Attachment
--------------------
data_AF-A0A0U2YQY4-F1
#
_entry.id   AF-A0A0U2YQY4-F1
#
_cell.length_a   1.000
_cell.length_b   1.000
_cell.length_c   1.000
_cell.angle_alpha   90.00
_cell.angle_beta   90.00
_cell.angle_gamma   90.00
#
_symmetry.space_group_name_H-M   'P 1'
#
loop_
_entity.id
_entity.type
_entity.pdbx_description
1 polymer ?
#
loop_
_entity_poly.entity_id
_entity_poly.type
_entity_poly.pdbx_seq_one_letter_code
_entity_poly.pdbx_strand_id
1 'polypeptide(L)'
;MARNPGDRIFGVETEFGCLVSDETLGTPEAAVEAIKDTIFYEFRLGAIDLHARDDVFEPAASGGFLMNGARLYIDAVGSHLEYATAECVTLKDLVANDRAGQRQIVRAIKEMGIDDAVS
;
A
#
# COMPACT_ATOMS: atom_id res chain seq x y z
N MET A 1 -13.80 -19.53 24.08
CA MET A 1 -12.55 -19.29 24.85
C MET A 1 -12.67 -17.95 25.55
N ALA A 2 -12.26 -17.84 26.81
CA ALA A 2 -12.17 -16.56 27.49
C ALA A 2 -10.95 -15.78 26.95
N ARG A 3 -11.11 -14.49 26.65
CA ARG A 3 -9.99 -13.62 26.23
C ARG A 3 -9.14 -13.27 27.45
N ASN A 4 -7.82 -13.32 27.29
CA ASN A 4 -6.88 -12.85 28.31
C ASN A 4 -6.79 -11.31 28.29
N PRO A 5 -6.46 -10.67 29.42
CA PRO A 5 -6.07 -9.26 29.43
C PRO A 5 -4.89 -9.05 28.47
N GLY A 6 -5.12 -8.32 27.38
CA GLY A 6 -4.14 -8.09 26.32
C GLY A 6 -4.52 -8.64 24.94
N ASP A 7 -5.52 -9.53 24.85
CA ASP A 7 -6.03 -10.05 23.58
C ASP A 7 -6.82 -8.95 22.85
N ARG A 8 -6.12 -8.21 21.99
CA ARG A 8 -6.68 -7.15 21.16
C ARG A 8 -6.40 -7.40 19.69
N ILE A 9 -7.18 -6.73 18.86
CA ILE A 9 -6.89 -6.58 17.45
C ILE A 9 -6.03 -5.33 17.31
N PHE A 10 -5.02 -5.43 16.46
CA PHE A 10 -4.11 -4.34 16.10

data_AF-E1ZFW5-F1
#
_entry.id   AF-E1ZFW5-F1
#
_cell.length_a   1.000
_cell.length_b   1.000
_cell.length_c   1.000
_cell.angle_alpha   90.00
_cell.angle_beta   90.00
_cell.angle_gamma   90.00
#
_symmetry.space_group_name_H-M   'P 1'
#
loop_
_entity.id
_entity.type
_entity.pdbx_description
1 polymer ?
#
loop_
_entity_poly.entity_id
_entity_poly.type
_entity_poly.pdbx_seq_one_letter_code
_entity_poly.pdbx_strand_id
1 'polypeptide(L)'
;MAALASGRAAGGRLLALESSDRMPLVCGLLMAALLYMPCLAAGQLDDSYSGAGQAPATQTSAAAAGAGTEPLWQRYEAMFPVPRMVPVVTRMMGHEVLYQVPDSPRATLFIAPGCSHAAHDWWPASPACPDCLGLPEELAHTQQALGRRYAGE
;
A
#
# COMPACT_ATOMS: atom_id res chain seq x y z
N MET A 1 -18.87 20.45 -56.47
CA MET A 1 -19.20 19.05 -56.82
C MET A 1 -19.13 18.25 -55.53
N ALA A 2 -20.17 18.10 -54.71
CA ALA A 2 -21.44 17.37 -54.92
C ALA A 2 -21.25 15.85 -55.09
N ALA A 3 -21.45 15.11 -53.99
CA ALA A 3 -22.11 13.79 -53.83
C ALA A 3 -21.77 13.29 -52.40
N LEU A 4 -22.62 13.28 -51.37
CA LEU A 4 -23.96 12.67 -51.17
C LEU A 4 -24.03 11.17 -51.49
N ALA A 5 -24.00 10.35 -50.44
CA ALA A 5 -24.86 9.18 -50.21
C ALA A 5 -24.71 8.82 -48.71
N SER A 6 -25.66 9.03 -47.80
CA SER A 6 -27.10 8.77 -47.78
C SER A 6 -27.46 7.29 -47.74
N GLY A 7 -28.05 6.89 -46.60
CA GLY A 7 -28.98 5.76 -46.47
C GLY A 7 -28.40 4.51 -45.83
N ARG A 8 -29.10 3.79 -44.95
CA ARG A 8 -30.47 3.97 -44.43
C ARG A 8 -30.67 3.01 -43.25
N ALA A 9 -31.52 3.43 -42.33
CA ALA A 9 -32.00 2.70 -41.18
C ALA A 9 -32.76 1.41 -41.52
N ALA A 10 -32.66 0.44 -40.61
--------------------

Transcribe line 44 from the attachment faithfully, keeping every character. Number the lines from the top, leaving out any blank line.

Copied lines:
CA PRO A 5 -6.07 -9.26 29.43